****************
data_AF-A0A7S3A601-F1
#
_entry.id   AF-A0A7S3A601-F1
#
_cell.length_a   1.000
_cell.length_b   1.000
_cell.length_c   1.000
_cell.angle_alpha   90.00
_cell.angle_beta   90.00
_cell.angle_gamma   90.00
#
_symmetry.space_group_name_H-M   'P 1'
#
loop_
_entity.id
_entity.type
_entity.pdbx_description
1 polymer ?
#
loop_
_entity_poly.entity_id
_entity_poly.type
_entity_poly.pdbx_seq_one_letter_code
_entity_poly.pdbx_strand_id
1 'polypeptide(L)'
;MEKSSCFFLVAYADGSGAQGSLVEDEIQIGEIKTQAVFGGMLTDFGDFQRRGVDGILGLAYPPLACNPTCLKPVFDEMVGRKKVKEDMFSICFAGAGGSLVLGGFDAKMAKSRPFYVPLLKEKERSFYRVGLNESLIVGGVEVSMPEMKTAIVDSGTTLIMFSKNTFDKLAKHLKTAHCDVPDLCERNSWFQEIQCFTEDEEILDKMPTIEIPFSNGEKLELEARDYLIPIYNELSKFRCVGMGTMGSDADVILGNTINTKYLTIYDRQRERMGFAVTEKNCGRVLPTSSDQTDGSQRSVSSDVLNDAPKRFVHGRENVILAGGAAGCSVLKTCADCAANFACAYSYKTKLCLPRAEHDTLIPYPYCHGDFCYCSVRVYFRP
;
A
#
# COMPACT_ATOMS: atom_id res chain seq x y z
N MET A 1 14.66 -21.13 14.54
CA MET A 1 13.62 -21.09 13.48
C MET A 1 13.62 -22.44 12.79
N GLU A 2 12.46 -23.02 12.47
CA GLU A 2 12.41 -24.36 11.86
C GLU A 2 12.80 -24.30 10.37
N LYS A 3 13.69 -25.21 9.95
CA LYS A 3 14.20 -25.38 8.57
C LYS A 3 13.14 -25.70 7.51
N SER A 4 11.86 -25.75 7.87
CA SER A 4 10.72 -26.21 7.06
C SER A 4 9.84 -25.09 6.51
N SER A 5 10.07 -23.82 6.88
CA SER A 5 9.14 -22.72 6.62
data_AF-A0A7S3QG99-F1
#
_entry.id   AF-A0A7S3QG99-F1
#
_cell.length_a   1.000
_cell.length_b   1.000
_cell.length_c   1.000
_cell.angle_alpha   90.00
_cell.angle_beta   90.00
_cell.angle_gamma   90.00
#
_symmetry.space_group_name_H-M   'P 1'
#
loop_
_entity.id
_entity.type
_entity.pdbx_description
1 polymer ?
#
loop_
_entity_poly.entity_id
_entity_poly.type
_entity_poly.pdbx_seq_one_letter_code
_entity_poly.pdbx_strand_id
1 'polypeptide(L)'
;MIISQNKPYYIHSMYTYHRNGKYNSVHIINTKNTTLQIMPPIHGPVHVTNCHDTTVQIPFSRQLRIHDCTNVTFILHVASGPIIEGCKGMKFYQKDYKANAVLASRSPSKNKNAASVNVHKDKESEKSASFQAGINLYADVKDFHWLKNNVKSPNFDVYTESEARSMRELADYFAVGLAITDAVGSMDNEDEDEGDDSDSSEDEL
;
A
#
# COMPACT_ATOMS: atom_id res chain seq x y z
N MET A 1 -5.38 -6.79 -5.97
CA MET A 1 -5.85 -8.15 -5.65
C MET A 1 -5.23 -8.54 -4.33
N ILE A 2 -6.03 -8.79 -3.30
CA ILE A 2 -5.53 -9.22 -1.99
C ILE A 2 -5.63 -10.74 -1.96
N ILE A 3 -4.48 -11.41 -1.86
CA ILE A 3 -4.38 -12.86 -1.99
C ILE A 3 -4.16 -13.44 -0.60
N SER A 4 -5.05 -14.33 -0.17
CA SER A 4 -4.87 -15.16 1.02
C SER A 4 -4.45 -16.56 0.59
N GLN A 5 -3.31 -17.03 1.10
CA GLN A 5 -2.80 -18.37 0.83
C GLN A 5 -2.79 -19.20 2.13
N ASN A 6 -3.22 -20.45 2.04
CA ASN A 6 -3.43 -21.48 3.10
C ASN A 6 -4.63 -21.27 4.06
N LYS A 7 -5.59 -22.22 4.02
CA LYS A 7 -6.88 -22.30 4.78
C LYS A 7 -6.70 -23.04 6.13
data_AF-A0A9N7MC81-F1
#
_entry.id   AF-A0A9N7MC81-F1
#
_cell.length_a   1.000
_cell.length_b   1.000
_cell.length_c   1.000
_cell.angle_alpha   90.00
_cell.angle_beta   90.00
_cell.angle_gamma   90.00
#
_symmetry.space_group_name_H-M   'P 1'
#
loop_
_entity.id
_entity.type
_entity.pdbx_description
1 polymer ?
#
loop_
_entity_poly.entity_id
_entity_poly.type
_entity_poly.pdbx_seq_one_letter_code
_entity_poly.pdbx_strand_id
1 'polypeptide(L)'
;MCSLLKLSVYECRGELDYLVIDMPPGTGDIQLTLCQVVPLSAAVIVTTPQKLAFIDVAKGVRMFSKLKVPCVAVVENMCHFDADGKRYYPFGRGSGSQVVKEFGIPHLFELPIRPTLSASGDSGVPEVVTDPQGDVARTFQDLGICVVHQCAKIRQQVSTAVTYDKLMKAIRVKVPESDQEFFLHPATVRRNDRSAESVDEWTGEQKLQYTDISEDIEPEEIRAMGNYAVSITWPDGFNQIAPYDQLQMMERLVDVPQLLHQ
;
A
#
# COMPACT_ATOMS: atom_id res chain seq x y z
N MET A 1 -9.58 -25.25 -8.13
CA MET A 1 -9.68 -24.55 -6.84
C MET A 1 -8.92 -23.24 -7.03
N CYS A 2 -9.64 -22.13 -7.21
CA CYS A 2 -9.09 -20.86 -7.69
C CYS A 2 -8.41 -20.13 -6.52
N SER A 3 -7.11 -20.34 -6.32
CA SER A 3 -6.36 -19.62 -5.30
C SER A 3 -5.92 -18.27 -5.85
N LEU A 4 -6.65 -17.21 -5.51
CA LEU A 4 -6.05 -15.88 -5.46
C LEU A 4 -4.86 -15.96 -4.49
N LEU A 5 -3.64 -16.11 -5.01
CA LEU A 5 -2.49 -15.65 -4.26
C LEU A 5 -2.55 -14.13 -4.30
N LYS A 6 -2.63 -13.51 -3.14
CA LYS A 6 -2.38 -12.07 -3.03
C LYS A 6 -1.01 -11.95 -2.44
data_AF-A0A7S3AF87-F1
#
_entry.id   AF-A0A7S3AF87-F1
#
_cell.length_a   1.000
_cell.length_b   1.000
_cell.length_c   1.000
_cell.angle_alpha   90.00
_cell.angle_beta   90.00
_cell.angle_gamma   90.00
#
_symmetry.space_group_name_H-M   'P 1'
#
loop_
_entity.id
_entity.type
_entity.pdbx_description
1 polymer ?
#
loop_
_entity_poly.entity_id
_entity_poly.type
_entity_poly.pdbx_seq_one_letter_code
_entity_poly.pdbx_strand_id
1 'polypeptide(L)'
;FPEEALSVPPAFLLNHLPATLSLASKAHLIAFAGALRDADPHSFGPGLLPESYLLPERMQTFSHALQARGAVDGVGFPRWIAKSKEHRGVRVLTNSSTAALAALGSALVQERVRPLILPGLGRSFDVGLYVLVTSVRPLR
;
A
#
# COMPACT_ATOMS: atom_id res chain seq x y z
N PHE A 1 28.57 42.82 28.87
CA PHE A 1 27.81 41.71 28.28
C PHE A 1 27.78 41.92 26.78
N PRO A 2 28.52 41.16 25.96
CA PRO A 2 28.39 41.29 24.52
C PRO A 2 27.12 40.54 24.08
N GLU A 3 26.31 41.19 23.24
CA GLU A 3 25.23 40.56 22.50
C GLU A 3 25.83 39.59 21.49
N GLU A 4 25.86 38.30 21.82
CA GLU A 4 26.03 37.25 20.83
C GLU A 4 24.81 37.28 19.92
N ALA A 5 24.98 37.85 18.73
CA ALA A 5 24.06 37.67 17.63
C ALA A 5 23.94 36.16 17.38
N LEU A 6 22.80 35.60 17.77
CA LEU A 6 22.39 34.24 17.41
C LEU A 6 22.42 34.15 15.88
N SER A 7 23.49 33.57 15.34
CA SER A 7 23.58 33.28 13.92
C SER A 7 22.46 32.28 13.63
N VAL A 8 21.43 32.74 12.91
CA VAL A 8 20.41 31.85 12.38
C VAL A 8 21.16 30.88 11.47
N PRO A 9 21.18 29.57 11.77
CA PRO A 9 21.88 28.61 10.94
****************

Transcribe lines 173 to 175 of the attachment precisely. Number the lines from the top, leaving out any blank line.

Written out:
# COMPACT_ATOMS: atom_id res chain seq x y z
N PHE A 1 28.57 42.82 28.87
CA PHE A 1 27.81 41.71 28.28